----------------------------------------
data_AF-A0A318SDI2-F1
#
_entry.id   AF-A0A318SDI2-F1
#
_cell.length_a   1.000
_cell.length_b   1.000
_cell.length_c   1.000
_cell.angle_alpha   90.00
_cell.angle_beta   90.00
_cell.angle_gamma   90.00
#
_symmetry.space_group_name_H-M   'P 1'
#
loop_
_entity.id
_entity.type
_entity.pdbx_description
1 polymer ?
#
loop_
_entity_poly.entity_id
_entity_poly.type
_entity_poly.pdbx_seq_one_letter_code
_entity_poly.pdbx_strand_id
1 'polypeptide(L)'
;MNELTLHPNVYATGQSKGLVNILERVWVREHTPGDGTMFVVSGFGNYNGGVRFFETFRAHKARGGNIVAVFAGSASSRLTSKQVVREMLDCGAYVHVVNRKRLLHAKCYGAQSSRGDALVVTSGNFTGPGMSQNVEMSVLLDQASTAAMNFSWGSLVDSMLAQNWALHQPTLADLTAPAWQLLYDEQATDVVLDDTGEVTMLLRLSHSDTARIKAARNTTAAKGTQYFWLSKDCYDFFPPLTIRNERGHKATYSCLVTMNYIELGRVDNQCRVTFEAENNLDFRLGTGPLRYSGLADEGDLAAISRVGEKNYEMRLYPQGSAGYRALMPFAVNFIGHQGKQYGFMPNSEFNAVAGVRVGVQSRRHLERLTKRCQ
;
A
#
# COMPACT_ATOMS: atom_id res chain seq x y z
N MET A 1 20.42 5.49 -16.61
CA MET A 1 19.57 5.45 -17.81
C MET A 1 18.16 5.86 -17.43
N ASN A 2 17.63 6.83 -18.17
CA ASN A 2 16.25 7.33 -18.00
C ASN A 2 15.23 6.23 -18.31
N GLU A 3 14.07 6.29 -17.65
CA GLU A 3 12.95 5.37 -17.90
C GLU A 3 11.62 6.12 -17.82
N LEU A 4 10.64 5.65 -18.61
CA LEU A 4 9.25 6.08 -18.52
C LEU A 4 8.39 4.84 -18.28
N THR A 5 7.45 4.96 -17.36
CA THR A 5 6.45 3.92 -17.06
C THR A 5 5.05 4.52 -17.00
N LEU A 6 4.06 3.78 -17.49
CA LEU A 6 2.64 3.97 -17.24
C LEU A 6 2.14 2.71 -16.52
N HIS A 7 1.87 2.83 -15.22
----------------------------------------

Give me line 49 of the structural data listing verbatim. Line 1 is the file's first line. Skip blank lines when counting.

N HIS A 7 1.87 2.83 -15.22